# How to determine whether an improper integral converges or diverges?

For example: $$\int_{9}^{\infty}\frac{1}{\sqrt{x^3+1}}\,dx$$

The answer is that it converges, but why? I am so confused about this kind of questions. I tried to use the comparison test, so that $$\int_{9}^{\infty}\frac{1}{\sqrt{x^3+1}}\,dx<\int_{9}^{\infty}\frac{1}{\sqrt{x^3}}\,dx<\int_{9}^{\infty}\frac{1}{x}\,dx$$

but $\int_{9}^{\infty}\frac{1}{x}\,dx$ diverges. The thing is, the divergence of one integral doesn't tell us anything about the smaller integral. I have no idea how to solve this kind of questions. Can anyone explain to me how to determine convergence/divergence in general?

$$\int_9^{\infty} \frac{dx}{x^{3/2} }$$ converges, since it is $p$-integral with $p> 1$. Hence, by the comparison test, your integral must converge!

• oh I see I misunderstood \sqrt{x^3} ! Also I have a question, is there any possible if the greater one is divergent, and how to define the original one? – user1234567 Mar 2 '16 at 5:51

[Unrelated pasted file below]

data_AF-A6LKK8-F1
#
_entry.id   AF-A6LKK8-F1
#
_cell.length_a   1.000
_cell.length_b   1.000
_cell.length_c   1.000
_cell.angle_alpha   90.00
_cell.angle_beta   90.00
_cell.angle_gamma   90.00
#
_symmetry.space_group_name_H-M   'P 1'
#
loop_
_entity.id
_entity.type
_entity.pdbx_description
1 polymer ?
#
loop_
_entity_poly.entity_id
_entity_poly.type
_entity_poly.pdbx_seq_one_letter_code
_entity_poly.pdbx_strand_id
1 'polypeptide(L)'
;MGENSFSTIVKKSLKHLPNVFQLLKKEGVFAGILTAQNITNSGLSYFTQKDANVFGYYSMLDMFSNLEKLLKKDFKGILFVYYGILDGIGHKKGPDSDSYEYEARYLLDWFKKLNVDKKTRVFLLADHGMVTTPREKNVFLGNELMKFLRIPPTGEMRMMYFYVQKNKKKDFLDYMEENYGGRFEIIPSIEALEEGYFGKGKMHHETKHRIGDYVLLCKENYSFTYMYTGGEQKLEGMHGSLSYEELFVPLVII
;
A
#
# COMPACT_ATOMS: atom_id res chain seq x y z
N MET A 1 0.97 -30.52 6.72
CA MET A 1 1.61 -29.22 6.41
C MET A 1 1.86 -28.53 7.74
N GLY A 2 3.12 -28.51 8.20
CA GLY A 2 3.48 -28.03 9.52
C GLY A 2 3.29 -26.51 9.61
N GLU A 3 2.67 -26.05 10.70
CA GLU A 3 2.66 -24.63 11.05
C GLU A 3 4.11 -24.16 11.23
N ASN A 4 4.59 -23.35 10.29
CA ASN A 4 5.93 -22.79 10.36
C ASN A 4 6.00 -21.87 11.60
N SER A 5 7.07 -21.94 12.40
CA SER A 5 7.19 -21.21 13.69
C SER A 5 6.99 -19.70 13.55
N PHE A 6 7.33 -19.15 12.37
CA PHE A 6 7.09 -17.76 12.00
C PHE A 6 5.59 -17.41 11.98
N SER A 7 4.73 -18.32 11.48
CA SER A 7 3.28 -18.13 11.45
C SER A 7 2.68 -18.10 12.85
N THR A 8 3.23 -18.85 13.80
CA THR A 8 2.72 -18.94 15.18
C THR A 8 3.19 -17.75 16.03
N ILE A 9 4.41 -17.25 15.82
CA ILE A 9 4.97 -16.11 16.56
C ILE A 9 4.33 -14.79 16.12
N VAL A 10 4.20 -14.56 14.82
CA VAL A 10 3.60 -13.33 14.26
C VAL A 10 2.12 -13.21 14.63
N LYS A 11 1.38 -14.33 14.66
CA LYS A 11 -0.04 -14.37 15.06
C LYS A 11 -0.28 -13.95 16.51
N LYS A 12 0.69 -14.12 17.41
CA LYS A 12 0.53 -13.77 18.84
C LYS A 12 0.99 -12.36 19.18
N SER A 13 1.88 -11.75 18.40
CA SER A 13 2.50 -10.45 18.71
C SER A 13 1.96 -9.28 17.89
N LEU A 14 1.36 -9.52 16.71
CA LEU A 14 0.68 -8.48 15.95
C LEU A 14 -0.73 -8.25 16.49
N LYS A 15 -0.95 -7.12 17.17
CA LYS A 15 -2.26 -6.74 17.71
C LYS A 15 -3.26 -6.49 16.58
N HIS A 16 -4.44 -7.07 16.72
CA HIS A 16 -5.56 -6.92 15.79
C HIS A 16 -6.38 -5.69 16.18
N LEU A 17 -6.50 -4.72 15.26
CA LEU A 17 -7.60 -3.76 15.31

$\int_{9}^{\infty } \frac{1}{\sqrt{x^3 + 1}} dx< \int_{9}^{\infty } \frac{1}{\sqrt{x^3}}dx \ \forall x>9$

Now $\int_{9}^{\infty } \frac{1}{\sqrt{x^3}}dx = \frac{-2}{\sqrt{x}}|_{9}^{\infty } = \frac{2}{3}$

So $\int_{9}^{\infty } \frac{1}{\sqrt{x^3 + 1}}dx < \frac{2}{3}$
Hence it is convergent by comparison test.

You should not extend the inequality to $\int_{9}^{\infty } \frac{1}{x}dx$ because it's divergent and a convergent integral is always less than a divergent integral, so it's of no use.

Use the fact that $\int_{1}^{\infty } \frac{1}{x^p}dx$ converges for $p>1$ and diverges for $p\leq1$.